Whether you’re a professional or a recreational gamer, you already know that there is nothing more frustrating than a lag ending a good game. Lags and system crashes can happen due to many reasons, although the most common one is the DDoS attack. In this brief guide, we will cover the basics of DDoS attacks and whether a virtual private network can help prevent these incidents during gaming.

Learn More About DDoS Attacks

DDoS or distributed denial of service attacks are the most common method hackers use to crash or slow down servers. While these attacks are being executed in different niches and industries, lately, they have become common in gaming. During a DDoS attack, hackers direct a large number of smart devices to one server to overwhelm it and cause a crash.

They use this method to interfere with players during gaming matches, gain competitive advantage, or even steal in-game items and virtual currency. Once a server fully crashes, it can take quite long to recover, disturbing gaming sessions of thousands of players worldwide.

What is a VPN?

To collect a vast amount of smart devices needed to carry out a DDoS attack, hackers breach into computers without the user even being aware of it. What’s so worrying about this is that hackers only need your IP address to “borrow” your device’s traffic for the main event.

With that in mind, you should mask your IP address using a VPN (virtual private network). What is a VPN? This is a service that allows users to connect their devices to distant and fully encrypted servers. Once connected, the user gains full privacy online and can make transactions that won’t be recorded on the internet.

How Can a VPN Help You

A VPN can come in handy for multiple reasons, especially if you are a gamer trying to stay safe online. Here are some of the most important features and benefits of this in-demand service:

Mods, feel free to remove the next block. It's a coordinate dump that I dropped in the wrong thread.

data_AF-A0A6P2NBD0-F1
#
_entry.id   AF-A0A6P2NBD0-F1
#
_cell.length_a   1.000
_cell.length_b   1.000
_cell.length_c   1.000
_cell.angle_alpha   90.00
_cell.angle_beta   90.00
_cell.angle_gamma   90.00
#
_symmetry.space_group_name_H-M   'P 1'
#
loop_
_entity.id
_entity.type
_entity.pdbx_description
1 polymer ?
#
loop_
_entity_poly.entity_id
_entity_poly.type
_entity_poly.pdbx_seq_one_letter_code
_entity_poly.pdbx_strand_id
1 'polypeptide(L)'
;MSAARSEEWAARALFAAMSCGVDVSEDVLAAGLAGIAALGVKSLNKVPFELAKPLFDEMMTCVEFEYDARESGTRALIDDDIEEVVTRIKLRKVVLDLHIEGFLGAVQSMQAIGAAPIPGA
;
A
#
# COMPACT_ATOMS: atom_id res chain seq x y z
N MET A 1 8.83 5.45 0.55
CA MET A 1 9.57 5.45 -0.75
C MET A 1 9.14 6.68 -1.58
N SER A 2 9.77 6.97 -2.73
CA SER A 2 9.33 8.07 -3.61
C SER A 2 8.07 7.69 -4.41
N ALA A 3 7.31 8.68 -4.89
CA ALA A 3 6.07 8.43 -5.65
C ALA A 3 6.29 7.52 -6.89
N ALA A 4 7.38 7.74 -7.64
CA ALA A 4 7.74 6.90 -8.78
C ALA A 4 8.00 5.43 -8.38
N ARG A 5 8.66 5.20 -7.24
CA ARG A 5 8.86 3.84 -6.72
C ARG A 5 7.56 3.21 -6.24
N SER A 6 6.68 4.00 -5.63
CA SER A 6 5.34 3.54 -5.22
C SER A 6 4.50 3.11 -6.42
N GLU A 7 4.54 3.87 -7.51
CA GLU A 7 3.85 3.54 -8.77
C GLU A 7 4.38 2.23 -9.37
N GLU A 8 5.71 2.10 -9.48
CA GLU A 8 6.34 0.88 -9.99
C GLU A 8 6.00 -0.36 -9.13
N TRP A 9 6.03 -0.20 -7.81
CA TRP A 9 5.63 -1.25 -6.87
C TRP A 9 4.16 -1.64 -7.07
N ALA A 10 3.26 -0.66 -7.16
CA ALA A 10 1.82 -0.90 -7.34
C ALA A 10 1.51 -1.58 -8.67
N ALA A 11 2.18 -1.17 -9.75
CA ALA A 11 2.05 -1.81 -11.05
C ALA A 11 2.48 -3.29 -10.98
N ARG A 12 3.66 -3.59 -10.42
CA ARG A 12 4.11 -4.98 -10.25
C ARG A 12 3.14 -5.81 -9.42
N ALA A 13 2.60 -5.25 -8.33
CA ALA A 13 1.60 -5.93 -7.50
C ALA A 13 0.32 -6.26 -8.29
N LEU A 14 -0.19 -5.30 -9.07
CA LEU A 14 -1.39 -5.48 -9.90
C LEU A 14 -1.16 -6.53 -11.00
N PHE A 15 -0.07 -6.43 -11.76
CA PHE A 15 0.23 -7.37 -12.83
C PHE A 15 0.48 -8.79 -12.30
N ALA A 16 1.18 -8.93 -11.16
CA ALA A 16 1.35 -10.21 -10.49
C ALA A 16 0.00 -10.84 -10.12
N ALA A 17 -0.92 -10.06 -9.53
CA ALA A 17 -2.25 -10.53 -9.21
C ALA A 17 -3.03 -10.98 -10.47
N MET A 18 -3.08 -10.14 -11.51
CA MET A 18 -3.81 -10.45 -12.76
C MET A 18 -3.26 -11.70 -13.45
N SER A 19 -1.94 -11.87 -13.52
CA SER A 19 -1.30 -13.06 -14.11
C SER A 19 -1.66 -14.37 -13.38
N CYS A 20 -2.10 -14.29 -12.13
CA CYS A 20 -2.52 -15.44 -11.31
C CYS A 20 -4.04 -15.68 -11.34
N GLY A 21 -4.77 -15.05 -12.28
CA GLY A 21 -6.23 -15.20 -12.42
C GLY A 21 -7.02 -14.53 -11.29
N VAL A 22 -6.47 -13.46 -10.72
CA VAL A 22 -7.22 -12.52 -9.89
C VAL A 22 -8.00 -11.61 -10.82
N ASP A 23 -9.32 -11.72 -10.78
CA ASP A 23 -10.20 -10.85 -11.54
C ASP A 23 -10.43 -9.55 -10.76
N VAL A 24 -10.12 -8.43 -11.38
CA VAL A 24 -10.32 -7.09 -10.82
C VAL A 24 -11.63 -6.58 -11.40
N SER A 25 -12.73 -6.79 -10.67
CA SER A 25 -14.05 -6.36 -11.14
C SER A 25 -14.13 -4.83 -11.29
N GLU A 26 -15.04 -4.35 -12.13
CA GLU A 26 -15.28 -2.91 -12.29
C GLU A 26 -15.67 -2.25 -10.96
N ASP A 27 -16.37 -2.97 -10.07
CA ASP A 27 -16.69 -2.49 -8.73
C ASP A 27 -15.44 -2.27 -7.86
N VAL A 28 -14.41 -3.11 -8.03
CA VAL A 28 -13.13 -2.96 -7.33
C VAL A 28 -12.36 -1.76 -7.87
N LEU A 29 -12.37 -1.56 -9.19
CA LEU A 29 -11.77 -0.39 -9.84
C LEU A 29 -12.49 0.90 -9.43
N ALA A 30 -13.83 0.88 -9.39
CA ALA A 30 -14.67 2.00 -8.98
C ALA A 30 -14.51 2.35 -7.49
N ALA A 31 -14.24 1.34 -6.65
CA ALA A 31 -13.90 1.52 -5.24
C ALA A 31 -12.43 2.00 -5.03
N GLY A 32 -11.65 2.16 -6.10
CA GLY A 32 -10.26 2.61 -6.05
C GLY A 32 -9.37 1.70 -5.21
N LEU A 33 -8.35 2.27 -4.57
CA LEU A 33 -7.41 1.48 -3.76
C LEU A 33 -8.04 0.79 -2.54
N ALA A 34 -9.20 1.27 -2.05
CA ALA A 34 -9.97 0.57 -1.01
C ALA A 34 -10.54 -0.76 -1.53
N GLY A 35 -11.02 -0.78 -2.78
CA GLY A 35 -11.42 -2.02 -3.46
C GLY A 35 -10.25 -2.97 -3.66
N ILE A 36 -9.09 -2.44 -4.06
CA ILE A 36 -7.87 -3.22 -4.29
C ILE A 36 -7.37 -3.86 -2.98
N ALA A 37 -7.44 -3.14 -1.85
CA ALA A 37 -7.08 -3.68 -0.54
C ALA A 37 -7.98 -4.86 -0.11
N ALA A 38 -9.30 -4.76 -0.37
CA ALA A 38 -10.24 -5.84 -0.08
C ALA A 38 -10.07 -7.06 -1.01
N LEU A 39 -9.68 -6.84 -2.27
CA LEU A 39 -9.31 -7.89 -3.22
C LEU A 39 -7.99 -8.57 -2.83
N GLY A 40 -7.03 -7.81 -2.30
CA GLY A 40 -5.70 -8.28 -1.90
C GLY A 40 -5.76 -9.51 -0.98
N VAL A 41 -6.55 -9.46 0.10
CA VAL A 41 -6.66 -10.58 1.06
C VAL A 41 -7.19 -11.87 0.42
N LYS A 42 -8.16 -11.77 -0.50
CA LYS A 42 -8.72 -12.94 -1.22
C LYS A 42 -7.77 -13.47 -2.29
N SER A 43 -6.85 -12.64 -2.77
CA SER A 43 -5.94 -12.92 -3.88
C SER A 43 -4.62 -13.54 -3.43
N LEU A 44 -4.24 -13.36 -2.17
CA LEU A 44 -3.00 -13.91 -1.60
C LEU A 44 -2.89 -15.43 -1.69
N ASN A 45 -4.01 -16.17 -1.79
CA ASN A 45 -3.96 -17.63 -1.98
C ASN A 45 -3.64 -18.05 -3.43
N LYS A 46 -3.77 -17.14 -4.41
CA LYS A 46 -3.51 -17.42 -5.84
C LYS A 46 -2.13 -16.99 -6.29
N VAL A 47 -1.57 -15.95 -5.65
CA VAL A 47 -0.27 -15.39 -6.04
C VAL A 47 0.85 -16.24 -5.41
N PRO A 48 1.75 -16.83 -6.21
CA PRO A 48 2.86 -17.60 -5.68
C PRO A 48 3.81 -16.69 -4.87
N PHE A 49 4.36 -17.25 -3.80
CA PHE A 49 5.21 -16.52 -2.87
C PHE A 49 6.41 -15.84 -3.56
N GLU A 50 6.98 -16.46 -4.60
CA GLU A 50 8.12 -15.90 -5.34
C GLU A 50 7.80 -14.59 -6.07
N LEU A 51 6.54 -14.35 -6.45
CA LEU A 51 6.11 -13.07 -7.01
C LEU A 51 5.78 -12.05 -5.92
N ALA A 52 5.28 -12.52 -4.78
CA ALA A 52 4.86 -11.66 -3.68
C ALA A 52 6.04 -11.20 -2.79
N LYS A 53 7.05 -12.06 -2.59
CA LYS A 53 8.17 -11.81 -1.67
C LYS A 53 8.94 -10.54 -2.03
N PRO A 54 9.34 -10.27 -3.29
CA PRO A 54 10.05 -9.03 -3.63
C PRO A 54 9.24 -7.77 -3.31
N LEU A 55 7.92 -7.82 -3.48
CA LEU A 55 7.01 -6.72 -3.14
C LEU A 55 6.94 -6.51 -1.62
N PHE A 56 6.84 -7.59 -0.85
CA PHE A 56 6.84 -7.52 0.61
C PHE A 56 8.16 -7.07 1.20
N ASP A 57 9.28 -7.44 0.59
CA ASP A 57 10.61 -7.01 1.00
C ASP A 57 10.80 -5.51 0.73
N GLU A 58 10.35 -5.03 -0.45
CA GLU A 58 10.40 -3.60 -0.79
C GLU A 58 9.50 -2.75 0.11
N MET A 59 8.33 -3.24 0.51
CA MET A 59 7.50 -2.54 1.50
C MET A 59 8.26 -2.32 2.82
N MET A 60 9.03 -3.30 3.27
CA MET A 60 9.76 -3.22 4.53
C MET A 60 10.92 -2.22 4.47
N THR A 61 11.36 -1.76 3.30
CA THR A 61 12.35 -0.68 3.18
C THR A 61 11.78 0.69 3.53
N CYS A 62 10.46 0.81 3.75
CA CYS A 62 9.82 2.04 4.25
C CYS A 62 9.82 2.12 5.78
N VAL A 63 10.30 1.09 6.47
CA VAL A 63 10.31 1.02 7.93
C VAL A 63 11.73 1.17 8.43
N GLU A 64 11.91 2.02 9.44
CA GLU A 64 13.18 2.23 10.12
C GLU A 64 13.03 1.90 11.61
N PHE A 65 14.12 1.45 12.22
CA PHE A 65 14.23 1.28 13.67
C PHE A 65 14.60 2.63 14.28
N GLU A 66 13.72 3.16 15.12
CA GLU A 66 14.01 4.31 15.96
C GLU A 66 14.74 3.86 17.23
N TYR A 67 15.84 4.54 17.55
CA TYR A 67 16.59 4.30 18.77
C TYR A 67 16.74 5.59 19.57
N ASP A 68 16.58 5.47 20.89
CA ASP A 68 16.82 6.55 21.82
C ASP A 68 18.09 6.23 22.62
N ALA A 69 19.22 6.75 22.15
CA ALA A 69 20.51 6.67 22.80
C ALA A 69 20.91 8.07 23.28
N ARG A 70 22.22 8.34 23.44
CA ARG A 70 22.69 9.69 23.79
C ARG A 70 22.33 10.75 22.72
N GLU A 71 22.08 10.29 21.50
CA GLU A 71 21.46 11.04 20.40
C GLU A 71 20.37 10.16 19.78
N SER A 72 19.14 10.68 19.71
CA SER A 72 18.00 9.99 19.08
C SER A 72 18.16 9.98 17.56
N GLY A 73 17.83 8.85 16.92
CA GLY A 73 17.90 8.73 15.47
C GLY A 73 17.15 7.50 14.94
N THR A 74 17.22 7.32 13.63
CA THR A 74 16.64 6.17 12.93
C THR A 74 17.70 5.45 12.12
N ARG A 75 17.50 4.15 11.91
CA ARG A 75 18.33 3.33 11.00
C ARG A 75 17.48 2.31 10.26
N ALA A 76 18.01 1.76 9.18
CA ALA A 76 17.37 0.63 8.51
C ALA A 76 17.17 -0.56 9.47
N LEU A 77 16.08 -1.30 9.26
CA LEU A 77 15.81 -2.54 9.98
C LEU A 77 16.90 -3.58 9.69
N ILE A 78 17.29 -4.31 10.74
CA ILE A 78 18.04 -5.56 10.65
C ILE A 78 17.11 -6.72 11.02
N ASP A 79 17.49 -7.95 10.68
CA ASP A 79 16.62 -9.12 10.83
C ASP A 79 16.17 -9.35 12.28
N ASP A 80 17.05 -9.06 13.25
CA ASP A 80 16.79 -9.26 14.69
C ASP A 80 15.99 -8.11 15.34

• VPN masks your IP address: the most important function of this versatile service is its ability to replace your virtual address with the address of the server you are connected to. For example, if you are located in the US and connect to a German VPN, it will appear as though you are browsing the web from Germany.
  • VPNs don’t log data: although not all VPN service providers are so transparent about their data management policies, many of the most reputable options claim to have a no-log rule. That means the company will not collect, record, or sell users’ data to anyone or for any reason. Make sure the VPN you choose has such a policy before you make any long-term commitments.
  • Strong encryption: by connecting to a VPN, you add another layer of strong encryption. All data that goes to and from the VPN router travels through a fully encrypted tunnel that is practically impossible to breach. Hence, a VPN encryption funnel could make or break your online security these days.
  • Automatic Filtering of DDoS attacks: this feature is perhaps the most relevant to the topic, as it helps prevent DDoS attacks in the first place. Since VPN providers’ goal is to keep users online one their servers for as long as possible, it is in their best interest to protect their service from such security threats. Most advanced VPN providers have a protection program against DDoS on your personal or professional computers.
  • Malware protection: Lastly, a VPN is not only going to reduce the risk of DDoS related activities but will also protect you from other potential security threats. These include data breaches, malware infections, and phishing scams. A virtual private network will make you more anonymous online and, thus, be less likely to bring a virus to your device.

Using a VPN When Gaming

While many will tell you that a VPN is going to kill your game, this is far from the truth. Of course, if you opt for free VPN alternatives, you will have to sacrifice some speed and quality in your gaming experience. On the other hand, good setups should have no issues following the quick pace of the game while protecting your data in the background. Overall, a VPN will reduce the risk of DDoS attacks, as well as add an extra layer of encryption to prevent other threats.